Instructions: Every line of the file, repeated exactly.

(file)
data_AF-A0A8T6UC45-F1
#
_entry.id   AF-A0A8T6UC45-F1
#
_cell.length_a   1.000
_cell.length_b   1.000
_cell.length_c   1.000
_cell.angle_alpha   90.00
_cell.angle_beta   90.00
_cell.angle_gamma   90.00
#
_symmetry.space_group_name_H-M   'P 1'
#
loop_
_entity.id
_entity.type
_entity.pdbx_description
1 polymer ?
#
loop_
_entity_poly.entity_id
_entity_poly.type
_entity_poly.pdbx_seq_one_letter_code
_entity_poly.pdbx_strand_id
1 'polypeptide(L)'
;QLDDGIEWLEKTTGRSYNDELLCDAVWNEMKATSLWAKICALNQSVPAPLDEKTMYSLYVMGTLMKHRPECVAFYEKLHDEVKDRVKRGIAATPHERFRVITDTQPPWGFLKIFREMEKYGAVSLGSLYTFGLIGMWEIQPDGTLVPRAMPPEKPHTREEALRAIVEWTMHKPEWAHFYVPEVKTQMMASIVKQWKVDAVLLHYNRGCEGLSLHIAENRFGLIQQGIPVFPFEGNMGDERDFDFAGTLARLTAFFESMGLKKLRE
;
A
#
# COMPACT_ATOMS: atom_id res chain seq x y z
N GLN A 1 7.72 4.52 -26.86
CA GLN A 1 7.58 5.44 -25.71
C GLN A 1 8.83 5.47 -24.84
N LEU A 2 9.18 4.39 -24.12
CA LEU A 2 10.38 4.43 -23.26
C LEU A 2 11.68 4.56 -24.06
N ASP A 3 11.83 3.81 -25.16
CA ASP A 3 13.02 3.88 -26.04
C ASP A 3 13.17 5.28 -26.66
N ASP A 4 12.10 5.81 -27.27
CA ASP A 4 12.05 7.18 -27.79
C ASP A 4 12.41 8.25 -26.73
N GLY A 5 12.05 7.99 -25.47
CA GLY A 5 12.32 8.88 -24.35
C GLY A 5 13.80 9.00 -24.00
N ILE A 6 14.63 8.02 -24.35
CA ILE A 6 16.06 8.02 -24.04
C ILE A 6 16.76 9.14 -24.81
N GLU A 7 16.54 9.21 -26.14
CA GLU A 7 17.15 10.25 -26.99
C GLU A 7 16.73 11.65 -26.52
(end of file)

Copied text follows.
data_AF-A0A8T6UC45-F1
#
_entry.id   AF-A0A8T6UC45-F1
#
_cell.length_a   1.000
_cell.length_b   1.000
_cell.length_c   1.000
_cell.angle_alpha   90.00
_cell.angle_beta   90.00
_cell.angle_gamma   90.00
#
_symmetry.space_group_name_H-M   'P 1'
#
loop_
_entity.id
_entity.type
_entity.pdbx_description
1 polymer ?
#
loop_
_entity_poly.entity_id
_entity_poly.type
_entity_poly.pdbx_seq_one_letter_code
_entity_poly.pdbx_strand_id
1 'polypeptide(L)'
;QLDDGIEWLEKTTGRSYNDELLCDAVWNEMKATSLWAKICALNQSVPAPLDEKTMYSLYVMGTLMKHRPECVAFYEKLHDEVKDRVKRGIAATPHERFRVITDTQPPWGFLKIFREMEKYGAVSLGSLYTFGLIGMWEIQPDGTLVPRAMPPEKPHTREEALRAIVEWTMHKPEWAHFYVPEVKTQMMASIVKQWKVDAVLLHYNRGCEGLSLHIAENRFGLIQQGIPVFPFEGNMGDERDFDFAGTLARLTAFFESMGLKKLRE
;
A
#
# COMPACT_ATOMS: atom_id res chain seq x y z
N GLN A 1 7.72 4.52 -26.86
CA GLN A 1 7.58 5.44 -25.71
C GLN A 1 8.83 5.47 -24.84
N LEU A 2 9.18 4.39 -24.12
CA LEU A 2 10.38 4.43 -23.26
C LEU A 2 11.68 4.56 -24.06
N ASP A 3 11.83 3.81 -25.16
CA ASP A 3 13.02 3.88 -26.04
C ASP A 3 13.17 5.28 -26.66
N ASP A 4 12.10 5.81 -27.27
CA ASP A 4 12.05 7.18 -27.79
C ASP A 4 12.41 8.25 -26.73
N GLY A 5 12.05 7.99 -25.47
CA GLY A 5 12.32 8.88 -24.35
C GLY A 5 13.80 9.00 -24.00
N ILE A 6 14.63 8.02 -24.35
CA ILE A 6 16.06 8.02 -24.04
C ILE A 6 16.76 9.14 -24.81
N GLU A 7 16.54 9.21 -26.14
CA GLU A 7 17.15 10.25 -26.99
C GLU A 7 16.73 11.65 -26.52